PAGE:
IN Last year we saw an explosion of news regarding non-fungible tokens (NFTs).
For the uninitiated, NFTs are unique, one-of-a-kind digital representations of real objects that cannot be replaced with anything else. Deployed through distributed ledger technology such as Blockchain, NFTs are created and traded on NFT marketplaces, and traded through the use of cryptocurrencies.
It’s not always clear how NFT intersects with existing laws given the technology involved, but essentially a digital representation of anything raises issues of overlap with digital content, thus bringing NFT into the scope enforcement of content regulations.
In Malaysia, content is regulated by the Communications and Multimedia Content Code. Implemented and enforced by the Malaysian Communications and Media Content Forum. The Content Code describes best practices and standards for broadcast content in the communications and multimedia industry.
The Content Code defines “content” to include any text, still or moving image or other audiovisual representation or combination of the foregoing that may be created, manipulated, stored, retrieved or communicated electronically.
Since NFTs are capable of representing the objects intended by the creators of NFTs in different sensory ways, for example, visibly or audibly, it is unlikely to be disputed that NFTs fall within the scope “Content” under the Content Code.
While NFT presents new and exciting opportunities for artists and creators looking to diversify their engagement and multiply their revenue streams, this is not always achieved without risk. For example, the NFT website “Monyet Istana” by local graphic designer and satirist Fahmi Reza, which depicted a monkey in what appeared to be royal clothing, was temporarily blocked shortly after its launch. It has also been reported that a local NFT marketplace has been ordered to stop selling NFTs containing cartoon depictions of male genitalia with human characteristics.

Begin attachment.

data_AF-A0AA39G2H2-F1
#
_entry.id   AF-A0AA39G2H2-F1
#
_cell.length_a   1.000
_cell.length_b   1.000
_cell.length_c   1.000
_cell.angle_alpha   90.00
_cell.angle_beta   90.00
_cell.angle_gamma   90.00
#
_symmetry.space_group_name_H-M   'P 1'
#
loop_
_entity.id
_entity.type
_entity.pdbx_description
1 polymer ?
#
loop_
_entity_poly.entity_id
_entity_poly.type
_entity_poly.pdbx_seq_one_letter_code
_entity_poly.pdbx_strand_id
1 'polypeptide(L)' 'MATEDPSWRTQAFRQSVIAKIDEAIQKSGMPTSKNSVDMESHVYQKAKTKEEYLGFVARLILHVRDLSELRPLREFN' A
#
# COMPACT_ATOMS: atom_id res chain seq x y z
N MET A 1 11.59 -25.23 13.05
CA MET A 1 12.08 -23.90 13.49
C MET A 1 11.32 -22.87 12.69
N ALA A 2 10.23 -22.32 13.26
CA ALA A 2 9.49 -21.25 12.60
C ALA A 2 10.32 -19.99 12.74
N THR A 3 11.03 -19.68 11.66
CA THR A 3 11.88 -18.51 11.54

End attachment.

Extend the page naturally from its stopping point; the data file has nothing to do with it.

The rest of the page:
As “content” and a form of intellectual property, despite occupying virtual technological space as “tokens” that can be traded, NFTs are still subject to content regulation.
Generally, the content code prohibits offensive content such as hate speech, which covers depictions that disparage, defame, or demean a person or group on the basis of race, ethnicity, and religion. (among other factors). Although the content code also provides exceptions in circumstances of satire and parody, or where it is clear to an ordinary user that the content is fiction, these exceptions would generally apply in the case of content ” false” as opposed to offensive content.
Therefore, the scope of what would amount to offensive content casts a considerably wide net that is likely to cover offensive NFTs about the monarchy in Malaysia.
In the case of NFTs depicting human genitalia, the content code prohibits indecent content, meaning material that is offensive, morally inappropriate and contrary to current standards of accepted behavior.
In this regard, while the Content Code generally prohibits the depiction of nudity, the latest edition of the Content Code (effective May 2022) has introduced a limited exception for art-based non-sexual nudity, the information and/or science. Therefore, the depiction of human genitalia in these TSNs may fall under the new exception for art-based depictions, provided, however, that the depictions are not excessive or explicit in nature. That said, whether this would indeed be the case here would depend on the scope of this new exception, which has not yet been tested.
It is not only NFT creators who need to be aware of the content code, but also NFT market operators, since the latest edition of the content code expressly introduces a new definition of online market operators and stipulates that Creators and online marketplace operators are responsible for compliance with the relevant provisions of the Content Code.
Under the latest Content Code, compliance with its provisions remains mandatory only for certain players in the content and media industry. Nevertheless, demonstrated compliance with the provisions of the Content Code would constitute a defense against suits, actions or proceedings where a matter is dealt with under the Content Code and the Communications and Multimedia Act 1998.
However, the content code is not a comprehensive reflection of the regulatory space governing content in Malaysia, and NFT is also subject to other laws, including intellectual property laws, defamation law and Criminal Law.
As such, as stakeholders inhabiting the NFT space forge ahead in this exciting new arena, these stakeholders are advised to seek formal legal advice before taking any decisive (and creative) action.
This the article is written by Yu Xin Yi of Christopher & Lee Ong.